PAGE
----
I would like to respond to the following statement you made:
>How is it that all the visual and performing
>arts require skill training but one - Art Education?
It is obvious from your last several posts that you are very passionate
about your ideas in regards to skill building as it relates specifically to
drawing. I am interested in knowing what has inspired your passion and I
suspect others might be as well. Would you be willing to share your story?
Also, I am wondering why you are feeling that the profession of Art
Education has failed to provide skill training? I do not feel that way
myself. I think there is an appropriate balance between ideas and skills.
What experiences, research or ideas do you have that validates your
concern? Could it be that this has been your experience and that your
experiences do not necessarily represent the experiences of others?
Are you not overstating your views when you say that Art Education is the
only one of the Arts that does not require skill training? Also, what
kinds of responsibilities do art learners have when they are in a
learning/teaching situation? Could it be that the nature of artistic
learners prevents them from focusing on details in favor of more global or
philosophical ideas? When students want to learn something, could it not
be the responsibility of the learner to communicate that to the teacher?
Also, if I want to really know something, I find a way to learn it. Is
this option not available to everyone? Perhaps art people fail to take
responsibility for their own lives and seek to blame others for their
failings or inabilities? I find myself falling into that trap sometimes.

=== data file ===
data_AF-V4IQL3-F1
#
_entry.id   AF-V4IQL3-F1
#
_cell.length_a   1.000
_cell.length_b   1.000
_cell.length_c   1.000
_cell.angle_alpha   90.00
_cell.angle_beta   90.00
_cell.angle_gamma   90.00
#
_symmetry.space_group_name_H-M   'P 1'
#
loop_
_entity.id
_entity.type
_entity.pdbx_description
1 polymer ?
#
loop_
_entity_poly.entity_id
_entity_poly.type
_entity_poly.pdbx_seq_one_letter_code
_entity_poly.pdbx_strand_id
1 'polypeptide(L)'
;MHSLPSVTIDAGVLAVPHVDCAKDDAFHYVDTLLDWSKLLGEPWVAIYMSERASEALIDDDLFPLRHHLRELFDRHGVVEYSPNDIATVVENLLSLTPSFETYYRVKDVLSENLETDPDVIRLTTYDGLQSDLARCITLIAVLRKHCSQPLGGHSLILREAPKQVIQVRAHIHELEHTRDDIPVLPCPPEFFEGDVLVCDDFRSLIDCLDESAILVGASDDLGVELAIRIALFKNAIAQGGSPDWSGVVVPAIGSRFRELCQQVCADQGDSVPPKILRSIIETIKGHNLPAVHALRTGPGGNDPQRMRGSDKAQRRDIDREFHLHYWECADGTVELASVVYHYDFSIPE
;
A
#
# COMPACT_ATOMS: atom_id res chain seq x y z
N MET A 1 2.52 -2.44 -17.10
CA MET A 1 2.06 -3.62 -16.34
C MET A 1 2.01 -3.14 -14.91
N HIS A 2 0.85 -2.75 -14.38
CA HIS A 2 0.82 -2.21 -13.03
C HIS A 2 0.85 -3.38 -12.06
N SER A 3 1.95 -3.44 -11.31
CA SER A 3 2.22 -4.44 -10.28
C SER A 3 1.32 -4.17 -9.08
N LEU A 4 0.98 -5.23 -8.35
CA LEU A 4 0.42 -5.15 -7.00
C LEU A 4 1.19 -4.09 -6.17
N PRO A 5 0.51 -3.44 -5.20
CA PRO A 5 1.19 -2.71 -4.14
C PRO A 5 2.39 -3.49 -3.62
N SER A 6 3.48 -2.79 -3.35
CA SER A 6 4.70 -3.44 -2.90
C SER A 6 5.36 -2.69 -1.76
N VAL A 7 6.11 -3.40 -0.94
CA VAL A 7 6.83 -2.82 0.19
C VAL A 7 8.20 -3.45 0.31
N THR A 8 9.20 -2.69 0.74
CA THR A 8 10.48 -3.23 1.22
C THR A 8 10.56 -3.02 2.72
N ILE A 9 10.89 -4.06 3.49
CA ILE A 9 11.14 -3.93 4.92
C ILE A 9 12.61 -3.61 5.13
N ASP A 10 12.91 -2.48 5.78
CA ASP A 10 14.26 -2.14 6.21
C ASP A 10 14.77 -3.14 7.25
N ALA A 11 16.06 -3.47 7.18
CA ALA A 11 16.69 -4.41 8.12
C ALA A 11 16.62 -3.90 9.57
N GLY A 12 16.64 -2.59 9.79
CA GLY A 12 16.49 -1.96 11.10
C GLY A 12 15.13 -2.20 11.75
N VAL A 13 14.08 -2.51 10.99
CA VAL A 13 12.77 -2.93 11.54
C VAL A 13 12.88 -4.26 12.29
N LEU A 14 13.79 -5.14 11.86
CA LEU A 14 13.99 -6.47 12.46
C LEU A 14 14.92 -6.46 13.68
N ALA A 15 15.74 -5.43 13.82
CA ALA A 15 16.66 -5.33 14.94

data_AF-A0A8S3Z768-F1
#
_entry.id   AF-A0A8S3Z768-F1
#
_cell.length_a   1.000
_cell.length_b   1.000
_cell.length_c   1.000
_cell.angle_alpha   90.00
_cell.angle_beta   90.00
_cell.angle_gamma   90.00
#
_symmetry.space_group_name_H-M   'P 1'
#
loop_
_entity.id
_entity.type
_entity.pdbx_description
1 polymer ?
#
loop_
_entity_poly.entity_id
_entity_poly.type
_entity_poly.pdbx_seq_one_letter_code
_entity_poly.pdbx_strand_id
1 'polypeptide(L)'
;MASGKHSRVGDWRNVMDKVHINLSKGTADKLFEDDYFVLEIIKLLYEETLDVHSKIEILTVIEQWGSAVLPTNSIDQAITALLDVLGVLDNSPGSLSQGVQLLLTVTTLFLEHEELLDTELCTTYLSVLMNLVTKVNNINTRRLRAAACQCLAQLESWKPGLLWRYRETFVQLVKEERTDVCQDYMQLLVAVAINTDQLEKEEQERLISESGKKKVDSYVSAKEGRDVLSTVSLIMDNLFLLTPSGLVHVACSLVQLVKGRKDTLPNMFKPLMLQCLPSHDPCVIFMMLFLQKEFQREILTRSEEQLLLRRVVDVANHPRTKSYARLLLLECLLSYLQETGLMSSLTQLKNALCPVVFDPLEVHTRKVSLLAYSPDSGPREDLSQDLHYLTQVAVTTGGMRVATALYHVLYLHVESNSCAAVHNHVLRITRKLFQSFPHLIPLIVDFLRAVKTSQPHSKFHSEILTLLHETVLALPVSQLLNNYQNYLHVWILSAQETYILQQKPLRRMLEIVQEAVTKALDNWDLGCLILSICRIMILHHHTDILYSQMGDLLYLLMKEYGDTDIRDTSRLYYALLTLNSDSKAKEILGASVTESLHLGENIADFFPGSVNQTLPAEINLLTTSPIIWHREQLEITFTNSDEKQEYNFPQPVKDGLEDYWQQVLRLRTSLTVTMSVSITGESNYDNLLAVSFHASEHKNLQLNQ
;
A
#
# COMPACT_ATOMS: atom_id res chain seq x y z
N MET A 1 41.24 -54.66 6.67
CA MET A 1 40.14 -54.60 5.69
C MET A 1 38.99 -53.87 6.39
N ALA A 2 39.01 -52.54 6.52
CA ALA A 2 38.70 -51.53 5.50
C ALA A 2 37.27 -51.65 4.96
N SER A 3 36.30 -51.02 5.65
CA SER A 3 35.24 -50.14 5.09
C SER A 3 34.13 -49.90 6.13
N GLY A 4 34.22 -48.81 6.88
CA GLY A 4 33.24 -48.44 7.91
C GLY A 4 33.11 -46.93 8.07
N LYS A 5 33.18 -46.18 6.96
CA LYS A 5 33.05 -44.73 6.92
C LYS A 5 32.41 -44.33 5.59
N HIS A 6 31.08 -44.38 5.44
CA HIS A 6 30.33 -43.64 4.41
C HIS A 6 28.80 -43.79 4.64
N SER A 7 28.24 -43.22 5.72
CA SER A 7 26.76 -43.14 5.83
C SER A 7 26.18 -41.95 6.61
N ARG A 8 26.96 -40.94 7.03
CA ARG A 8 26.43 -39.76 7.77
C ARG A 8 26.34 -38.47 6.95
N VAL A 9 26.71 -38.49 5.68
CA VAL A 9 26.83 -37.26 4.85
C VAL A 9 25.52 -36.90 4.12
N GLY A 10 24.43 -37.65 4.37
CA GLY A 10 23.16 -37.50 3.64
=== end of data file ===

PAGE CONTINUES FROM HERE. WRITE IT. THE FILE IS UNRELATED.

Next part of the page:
Something worth thinking about. Why are so many willing to assign blame
onto others and be critical of our profession? We have become defensive
when there is no need to be defensive and we are fighting among ourselves.
Also, who are you talking about when you use the term Art Education? Are
you talking about art teachers K-12? or art teachers in universities or art
education professors (people who, like myself, try to help others learn how
to be good art teachers)?
I am trying to understand your concerns but I am feeling you may be
exaggerating the problem. I think we have greater problems than this and I
would like to discuss other issues, such as Why does Art and Art Education
appear to us to have such a low status? What can we do about it in our own
professional lives on Monday, July 14, 1997? This drawing issue is
interesting, but unless you are saying we have so little status because we
don't teach people how to draw realistically, I would like to turn our
discussions on something that is more than just a matter of opinion.
Specifically, what can we do in the here and now to improve our relations
with our colleagues and what can we do to improve our status in this
That's all for now.
Diane C. Gregory, Ph.D.
Associate Professor of Art Education
Department of Art and Design
Southwest Texas State University
San Marcos, Texas 78666
dg09 (university e-mail in San Marcos)
dianegregory (home e-mail in Austin)